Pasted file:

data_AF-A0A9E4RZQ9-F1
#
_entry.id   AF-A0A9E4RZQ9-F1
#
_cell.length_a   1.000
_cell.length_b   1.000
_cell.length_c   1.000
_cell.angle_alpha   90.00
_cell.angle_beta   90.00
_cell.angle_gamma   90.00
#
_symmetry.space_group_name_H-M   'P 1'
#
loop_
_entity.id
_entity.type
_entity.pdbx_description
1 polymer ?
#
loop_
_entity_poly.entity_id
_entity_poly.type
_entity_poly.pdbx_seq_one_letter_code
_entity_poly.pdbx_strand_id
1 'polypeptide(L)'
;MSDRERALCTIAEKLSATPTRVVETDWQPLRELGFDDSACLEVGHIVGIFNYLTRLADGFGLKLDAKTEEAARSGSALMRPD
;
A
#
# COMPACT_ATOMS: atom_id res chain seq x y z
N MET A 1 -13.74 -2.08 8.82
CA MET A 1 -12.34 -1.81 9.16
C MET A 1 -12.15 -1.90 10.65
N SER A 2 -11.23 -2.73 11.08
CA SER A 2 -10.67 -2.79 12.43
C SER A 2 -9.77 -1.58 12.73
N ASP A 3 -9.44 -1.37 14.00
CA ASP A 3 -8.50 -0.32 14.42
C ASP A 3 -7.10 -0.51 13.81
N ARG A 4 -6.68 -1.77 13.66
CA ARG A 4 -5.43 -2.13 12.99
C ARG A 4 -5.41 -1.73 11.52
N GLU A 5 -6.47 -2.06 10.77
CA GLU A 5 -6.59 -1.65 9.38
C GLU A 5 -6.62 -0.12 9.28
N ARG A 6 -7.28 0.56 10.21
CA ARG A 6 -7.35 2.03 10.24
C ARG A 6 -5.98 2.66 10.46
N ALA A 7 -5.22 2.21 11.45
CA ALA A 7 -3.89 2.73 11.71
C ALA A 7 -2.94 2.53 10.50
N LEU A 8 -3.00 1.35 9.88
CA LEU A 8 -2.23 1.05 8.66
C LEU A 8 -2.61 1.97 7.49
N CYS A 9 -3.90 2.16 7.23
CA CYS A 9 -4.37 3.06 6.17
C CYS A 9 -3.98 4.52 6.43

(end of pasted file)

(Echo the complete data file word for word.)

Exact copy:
data_AF-A0A9E4RZQ9-F1
#
_entry.id   AF-A0A9E4RZQ9-F1
#
_cell.length_a   1.000
_cell.length_b   1.000
_cell.length_c   1.000
_cell.angle_alpha   90.00
_cell.angle_beta   90.00
_cell.angle_gamma   90.00
#
_symmetry.space_group_name_H-M   'P 1'
#
loop_
_entity.id
_entity.type
_entity.pdbx_description
1 polymer ?
#
loop_
_entity_poly.entity_id
_entity_poly.type
_entity_poly.pdbx_seq_one_letter_code
_entity_poly.pdbx_strand_id
1 'polypeptide(L)'
;MSDRERALCTIAEKLSATPTRVVETDWQPLRELGFDDSACLEVGHIVGIFNYLTRLADGFGLKLDAKTEEAARSGSALMRPD
;
A
#
# COMPACT_ATOMS: atom_id res chain seq x y z
N MET A 1 -13.74 -2.08 8.82
CA MET A 1 -12.34 -1.81 9.16
C MET A 1 -12.15 -1.90 10.65
N SER A 2 -11.23 -2.73 11.08
CA SER A 2 -10.67 -2.79 12.43
C SER A 2 -9.77 -1.58 12.73
N ASP A 3 -9.44 -1.37 14.00
CA ASP A 3 -8.50 -0.32 14.42
C ASP A 3 -7.10 -0.51 13.81
N ARG A 4 -6.68 -1.77 13.66
CA ARG A 4 -5.43 -2.13 12.99
C ARG A 4 -5.41 -1.73 11.52
N GLU A 5 -6.47 -2.06 10.77
CA GLU A 5 -6.59 -1.65 9.38
C GLU A 5 -6.62 -0.12 9.28
N ARG A 6 -7.28 0.56 10.21
CA ARG A 6 -7.35 2.03 10.24
C ARG A 6 -5.98 2.66 10.46
N ALA A 7 -5.22 2.21 11.45
CA ALA A 7 -3.89 2.73 11.71
C ALA A 7 -2.94 2.53 10.50
N LEU A 8 -3.00 1.35 9.88
CA LEU A 8 -2.23 1.05 8.66
C LEU A 8 -2.61 1.97 7.49
N CYS A 9 -3.90 2.16 7.23
CA CYS A 9 -4.37 3.06 6.17
C CYS A 9 -3.98 4.52 6.43